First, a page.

Erekosë and Me

Erekosë and Me

The Eternal Champion
The Eternal Champion, Cover by Frank Frazetta

Michael Moorcock’s Erekosë saga is contained in three novels, and graphic novel, and a couple of short stories which were incorporated into his novels of Elric, Corum, and Hawkmoon.  I was first introduced to the character when I came across him in those interpolated adventures and I sought out his own novel, The Eternal Champion. When I first read it in the early 1980s it became one of my favorites of Moorcock’s novels.  At the time, I had some difficulty tracking down the second novel, The Silver Warriors (original title Phoenix in Obsidian), which I eventually did at a used bookstore in New Haven, Connecticut. I then had to wait several years for the publication of The Dragon in the Sword, which linked Erekosë with Moorcock’s von Bek family.  It was only much later that I came across the graphic novel, The Swords of Hell, The Flowers of Heaven, written by Howard Chaykin, which is set between Phoenix in Obsidian and The Dragon in the Sword.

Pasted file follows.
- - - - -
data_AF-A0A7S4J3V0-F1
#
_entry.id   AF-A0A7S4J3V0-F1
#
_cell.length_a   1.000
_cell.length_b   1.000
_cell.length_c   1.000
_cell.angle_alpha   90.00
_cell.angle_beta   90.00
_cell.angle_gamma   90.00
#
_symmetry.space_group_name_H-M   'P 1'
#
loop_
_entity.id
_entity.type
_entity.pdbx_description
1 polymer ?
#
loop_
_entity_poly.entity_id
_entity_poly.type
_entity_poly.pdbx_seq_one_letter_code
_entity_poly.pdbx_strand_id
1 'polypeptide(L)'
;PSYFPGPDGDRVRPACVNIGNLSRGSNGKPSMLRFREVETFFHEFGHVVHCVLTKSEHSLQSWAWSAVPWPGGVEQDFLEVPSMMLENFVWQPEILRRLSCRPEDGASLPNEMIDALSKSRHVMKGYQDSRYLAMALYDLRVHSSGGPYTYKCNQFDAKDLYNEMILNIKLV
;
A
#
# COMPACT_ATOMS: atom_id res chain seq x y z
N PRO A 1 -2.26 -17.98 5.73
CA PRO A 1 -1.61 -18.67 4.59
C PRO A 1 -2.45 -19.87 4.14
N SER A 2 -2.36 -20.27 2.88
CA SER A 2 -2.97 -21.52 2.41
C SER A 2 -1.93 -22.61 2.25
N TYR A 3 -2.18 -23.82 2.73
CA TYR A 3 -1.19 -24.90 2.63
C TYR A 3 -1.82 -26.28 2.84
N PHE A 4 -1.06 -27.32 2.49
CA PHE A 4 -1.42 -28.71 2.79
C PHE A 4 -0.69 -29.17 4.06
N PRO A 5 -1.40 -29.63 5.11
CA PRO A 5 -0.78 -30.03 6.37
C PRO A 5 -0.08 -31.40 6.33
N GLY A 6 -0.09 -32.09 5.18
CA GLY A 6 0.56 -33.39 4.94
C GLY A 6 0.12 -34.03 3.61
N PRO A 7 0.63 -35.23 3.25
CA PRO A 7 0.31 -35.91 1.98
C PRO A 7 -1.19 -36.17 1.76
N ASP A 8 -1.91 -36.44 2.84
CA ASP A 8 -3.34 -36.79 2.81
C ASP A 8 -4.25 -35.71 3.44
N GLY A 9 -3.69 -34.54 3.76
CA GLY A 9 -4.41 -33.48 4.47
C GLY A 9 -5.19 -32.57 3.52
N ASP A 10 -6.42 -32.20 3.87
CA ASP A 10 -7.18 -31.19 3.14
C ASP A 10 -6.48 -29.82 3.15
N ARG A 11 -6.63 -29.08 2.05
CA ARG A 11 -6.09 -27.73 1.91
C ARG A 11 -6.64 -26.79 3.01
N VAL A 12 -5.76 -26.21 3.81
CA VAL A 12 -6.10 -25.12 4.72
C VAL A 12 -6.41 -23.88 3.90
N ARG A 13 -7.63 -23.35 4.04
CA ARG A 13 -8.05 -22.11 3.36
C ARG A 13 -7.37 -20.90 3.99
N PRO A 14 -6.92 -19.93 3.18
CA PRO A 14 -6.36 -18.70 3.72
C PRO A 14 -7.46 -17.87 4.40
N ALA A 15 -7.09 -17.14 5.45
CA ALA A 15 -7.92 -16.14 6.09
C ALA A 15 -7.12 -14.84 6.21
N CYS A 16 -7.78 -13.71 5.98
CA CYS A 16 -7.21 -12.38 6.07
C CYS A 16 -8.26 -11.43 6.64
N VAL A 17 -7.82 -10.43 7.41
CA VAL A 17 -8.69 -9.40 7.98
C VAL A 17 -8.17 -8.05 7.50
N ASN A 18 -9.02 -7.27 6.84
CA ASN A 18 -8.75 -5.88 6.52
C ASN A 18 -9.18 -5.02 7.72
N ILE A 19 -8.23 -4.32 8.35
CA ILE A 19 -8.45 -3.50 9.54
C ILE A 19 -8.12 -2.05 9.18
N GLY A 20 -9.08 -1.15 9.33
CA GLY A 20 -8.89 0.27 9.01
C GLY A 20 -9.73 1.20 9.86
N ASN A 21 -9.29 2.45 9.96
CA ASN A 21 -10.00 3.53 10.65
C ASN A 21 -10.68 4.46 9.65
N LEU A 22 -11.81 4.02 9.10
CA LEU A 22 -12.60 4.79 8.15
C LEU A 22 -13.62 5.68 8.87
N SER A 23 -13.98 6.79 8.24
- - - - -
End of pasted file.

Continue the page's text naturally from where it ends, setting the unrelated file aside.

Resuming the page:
The series begins with John Daker, a married man with a child, who lives in London, although his wife and child are forgotten throughout the books. After a series of troubling dreams, Daker finds himself pulled into a different world, where he is informed by King Rigenos that he is Erekosë, the Eternal Champion of Humanity, and must help destroy the evil Eldren who threaten their existence. Yearning to return to the life he knew as Daker, Erekosë accepts his role unquestioningly and adapts quickly to his new existence. In many ways, he is a troubling aspects of the Eternal Champion.